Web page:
Practical Advice on Getting from a Puppy to a Dog.
Puppies come in many forms and sizes, but they all need the finest start in order to grow into the best dog imaginable. Depending on the personality and early circumstances of each individual, the journey from puppy to adult might follow many distinct paths. Take, for example, Justice and Steve.
Justice was a male Golden Retriever puppy that was 10 weeks old.
Before he was adopted, he was an extroverted puppy who got along well with his littermates. Both his father and mother were sociable, well-adjusted dogs. When an unexpected individual approached the litter, the pups eagerly rushed over, hoping for some love.
Justice exhibited slight fear in new circumstances after leaving his littermates to join his new family, but he was eager to meet different canines and humans. Justice remained moderately nervous around unknown adult dogs for the following several weeks, but he immediately calmed down whenever a dog displayed friendly behavior.
Steve was a ten-week-old male Terrier mix whose history was unknown. Steve’s parents were never introduced to his owners. When Steve was adopted, he displayed minor apprehensive behavior with new individuals, such as being cautious when approached.
He was really pretty thrilled, even excessively so, once he started interacting. Nonetheless, his owners noticed that when Steve was picked up by a strange person, particularly outside their house, he became quite calm. When they told Steve’s expert veterinarian about this adorable behavior, she immediately recognized it as a red sign. She suggested that Steve may not be as at ease as the proprietors assumed.
In fact, deep sedation might be an indicator of anxiousness! Furthermore, the owners reported that although Steve got along well with tiny dogs and pups, he cowered when a big adult dog approached him. At eleven weeks old, Steve played well with the other pups in his first puppy class, but when the trainer’s loving adult Australian Shepherd approached, Steve hissed.
Not fiction, but facts
We often hear dog owners express disappointment that their previous dog was not more like their present dog, or vice versa. Some trainers have also claimed that you can treat all puppy habits in the same manner. The truth is that not every puppy is made equal. In the end, both genetic and environmental factors—nature and nurture—influence behavior.
Puppies in the womb face the same challenges as their mothers. Early sickness and poor nutrition might put a puppy at risk for developing behavioral problems. Even littermates do not share all of the same genes and will not grow in the same manner when it comes to behavior.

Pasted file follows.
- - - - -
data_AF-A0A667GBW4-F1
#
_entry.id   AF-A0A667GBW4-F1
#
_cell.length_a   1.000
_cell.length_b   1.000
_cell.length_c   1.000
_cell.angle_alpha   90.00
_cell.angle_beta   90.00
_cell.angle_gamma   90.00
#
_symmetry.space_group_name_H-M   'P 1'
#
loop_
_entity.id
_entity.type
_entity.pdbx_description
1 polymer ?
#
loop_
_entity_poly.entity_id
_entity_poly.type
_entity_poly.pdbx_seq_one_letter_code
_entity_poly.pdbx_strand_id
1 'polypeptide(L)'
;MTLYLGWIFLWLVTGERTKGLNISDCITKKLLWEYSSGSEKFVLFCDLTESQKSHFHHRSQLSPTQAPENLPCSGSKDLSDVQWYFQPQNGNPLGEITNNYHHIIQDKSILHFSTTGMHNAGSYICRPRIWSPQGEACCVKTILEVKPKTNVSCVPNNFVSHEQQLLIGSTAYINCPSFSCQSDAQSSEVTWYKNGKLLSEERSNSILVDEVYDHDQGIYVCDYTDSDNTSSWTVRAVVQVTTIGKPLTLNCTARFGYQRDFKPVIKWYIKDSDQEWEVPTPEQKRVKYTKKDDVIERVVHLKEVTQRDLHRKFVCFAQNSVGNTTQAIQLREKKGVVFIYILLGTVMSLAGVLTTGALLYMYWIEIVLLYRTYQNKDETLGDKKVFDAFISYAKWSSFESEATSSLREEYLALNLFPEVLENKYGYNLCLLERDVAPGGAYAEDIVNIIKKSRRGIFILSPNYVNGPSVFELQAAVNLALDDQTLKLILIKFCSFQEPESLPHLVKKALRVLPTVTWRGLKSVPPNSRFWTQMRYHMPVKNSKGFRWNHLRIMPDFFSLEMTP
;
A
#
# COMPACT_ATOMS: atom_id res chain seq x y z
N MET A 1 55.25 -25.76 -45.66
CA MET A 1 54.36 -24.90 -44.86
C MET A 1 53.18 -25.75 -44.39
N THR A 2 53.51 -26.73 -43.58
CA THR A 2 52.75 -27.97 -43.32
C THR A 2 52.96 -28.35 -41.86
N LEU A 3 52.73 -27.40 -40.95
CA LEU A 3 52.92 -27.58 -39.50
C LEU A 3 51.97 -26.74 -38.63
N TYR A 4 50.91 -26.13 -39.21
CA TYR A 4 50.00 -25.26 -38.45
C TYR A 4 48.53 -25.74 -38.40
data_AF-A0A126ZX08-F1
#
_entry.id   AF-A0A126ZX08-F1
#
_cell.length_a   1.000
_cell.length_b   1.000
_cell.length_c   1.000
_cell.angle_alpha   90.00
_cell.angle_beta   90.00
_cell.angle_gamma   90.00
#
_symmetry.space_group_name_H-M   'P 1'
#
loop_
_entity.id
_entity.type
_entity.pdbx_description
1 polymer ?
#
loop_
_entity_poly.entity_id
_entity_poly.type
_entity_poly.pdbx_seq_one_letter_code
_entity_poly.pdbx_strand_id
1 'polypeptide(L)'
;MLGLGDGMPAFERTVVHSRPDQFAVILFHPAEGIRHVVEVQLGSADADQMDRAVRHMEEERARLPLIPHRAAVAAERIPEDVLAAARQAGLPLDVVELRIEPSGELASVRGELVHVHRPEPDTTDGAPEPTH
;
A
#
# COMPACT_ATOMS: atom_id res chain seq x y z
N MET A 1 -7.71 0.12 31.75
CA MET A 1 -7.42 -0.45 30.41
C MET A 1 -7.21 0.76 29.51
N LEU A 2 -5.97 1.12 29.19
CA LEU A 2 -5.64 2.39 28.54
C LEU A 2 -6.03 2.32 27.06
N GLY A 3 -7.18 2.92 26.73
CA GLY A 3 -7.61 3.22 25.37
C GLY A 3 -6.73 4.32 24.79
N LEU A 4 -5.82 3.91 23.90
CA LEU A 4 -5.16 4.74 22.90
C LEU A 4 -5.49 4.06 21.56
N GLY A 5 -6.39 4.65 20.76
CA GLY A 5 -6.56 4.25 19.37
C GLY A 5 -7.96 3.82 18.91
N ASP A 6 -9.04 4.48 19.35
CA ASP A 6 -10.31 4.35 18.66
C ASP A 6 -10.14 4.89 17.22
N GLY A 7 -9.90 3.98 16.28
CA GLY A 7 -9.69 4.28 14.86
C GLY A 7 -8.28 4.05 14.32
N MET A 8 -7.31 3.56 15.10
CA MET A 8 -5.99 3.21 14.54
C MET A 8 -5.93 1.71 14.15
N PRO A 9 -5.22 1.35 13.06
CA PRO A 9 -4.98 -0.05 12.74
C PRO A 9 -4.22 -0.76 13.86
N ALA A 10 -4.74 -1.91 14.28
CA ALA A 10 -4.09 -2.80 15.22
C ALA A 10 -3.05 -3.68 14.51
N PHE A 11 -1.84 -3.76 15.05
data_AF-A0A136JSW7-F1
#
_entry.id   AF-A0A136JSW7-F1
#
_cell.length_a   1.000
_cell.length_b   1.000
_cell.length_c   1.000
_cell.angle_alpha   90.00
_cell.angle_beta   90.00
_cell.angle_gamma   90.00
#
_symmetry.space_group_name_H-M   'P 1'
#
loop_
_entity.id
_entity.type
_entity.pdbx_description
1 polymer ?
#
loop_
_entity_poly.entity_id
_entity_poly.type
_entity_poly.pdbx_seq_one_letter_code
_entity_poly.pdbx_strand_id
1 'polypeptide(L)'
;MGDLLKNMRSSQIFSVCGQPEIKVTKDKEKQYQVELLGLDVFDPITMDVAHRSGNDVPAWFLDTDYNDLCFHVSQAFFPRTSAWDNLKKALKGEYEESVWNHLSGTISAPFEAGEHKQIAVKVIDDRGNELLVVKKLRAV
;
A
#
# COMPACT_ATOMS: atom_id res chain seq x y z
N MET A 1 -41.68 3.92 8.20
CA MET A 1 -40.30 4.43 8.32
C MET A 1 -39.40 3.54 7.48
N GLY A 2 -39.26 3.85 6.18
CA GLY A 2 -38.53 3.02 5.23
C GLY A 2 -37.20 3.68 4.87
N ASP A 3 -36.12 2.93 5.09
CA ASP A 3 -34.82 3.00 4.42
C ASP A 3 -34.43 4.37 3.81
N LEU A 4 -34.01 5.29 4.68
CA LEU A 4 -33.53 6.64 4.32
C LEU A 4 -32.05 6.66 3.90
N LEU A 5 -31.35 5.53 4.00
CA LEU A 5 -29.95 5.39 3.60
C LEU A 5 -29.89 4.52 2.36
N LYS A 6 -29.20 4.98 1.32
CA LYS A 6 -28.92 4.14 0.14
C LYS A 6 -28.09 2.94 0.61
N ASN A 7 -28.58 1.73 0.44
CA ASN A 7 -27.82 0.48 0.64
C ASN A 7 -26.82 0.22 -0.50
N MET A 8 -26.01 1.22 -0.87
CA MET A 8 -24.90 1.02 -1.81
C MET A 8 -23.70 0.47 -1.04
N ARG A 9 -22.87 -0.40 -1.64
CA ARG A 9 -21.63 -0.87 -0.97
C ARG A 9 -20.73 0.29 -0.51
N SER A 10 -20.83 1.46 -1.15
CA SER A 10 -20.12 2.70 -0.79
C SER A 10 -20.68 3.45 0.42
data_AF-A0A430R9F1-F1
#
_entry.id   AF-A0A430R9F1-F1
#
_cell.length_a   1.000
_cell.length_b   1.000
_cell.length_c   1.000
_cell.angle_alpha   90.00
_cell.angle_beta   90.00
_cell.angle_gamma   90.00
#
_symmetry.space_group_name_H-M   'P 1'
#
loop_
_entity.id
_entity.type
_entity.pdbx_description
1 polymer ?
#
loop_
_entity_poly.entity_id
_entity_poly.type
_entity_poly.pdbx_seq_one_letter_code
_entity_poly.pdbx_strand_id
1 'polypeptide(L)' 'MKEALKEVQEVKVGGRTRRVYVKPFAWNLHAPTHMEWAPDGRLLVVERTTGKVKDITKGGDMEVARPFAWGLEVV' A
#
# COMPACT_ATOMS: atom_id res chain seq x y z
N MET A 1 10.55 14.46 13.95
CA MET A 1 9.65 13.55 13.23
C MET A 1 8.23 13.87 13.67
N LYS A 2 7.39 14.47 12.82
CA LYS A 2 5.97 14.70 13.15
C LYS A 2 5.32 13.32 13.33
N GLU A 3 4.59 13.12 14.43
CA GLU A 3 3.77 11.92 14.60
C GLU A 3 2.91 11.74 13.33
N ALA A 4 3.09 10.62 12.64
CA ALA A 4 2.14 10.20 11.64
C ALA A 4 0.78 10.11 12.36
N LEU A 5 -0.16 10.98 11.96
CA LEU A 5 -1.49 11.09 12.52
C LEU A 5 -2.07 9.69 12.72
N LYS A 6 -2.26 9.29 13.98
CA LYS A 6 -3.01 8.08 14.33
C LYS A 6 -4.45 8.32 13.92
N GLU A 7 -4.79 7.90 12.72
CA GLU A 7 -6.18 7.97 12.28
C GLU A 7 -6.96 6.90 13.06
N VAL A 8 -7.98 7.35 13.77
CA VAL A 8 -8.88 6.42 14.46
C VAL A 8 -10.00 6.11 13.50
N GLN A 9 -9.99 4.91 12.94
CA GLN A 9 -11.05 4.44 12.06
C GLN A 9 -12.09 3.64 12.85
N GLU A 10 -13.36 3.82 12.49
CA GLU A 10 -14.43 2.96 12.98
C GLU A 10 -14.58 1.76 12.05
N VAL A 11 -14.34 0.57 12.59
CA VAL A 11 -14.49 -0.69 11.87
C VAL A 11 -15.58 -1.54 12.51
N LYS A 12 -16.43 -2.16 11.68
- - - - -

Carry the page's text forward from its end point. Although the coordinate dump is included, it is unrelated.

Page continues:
Although you aren’t beginning from scratch, you may have a significant impact on your puppy’s development. We can’t change the genetic composition of the puppy (an adult Great Dane won’t fit beneath your aircraft seat! ), but we can give a stimulating environment to assist each puppy reach her full potential. The best strategy is to introduce a young puppy to a broad range of social encounters as well as a diversity of sights, sounds, and smells, all of which will help the dog create a solid behavioral foundation.
There are many misunderstandings regarding what socializing can and cannot achieve.
Is it necessary for dogs to be adopted between the ages of six and eight weeks to form a link with their new owners? No, puppies will build strong relationships with their new family even after they reach the age of eight weeks, as long as their early experiences with adults are pleasant.
Allowing your dog to jump up on people and yank on the leash when on a leash walk can result in hostility. Not at all. Jumping up to attract attention or to meet someone is a common dog habit. When your dog is anxious to explore the world around her, yanking on a leash is also a bad idea.
Jumping up and tugging may be uncomfortable, but as you grow your puppy, you must determine which of these common activities you will allow or not allow. Always keep in mind that when huge dogs leap up and pull, they might cause injury and irritate other people.
Allowing your dog to sleep on your furniture might lead to hostility. If the dog finds being relocated unbearable, sleeping on furniture might intensify existing aggressiveness. However, whether it can genuinely create hostility is unknown. If you wish, you may let your puppy to sleep on your furniture. Sharing furniture, on the other hand, might be dangerous if your dog has started to act aggressively when sleeping in these spots. For further information, talk to your veterinarian or a veterinary behaviorist.
What Does This Indicate?
Socialization is the process by which a dog learns to tolerate being in close proximity to members of other species or members of her own species.
Puppy socialization refers to the pleasant, safe, and planned introductions of pups to humans, dogs, and other creatures and environments.
Socialization lessons for puppies: Classes that are expressly intended to help students socialize. Although certain fundamental skills may be taught, compliance is not the primary goal.
Habituation is defined as a diminished reaction to a stimulus after repeated exposure.
Sensitization is a term that describes enhanced responsiveness to stimuli following repeated exposure. This is an unfavorable reaction that happens when a puppy grows more afraid with each encounter, rather than becoming used to it.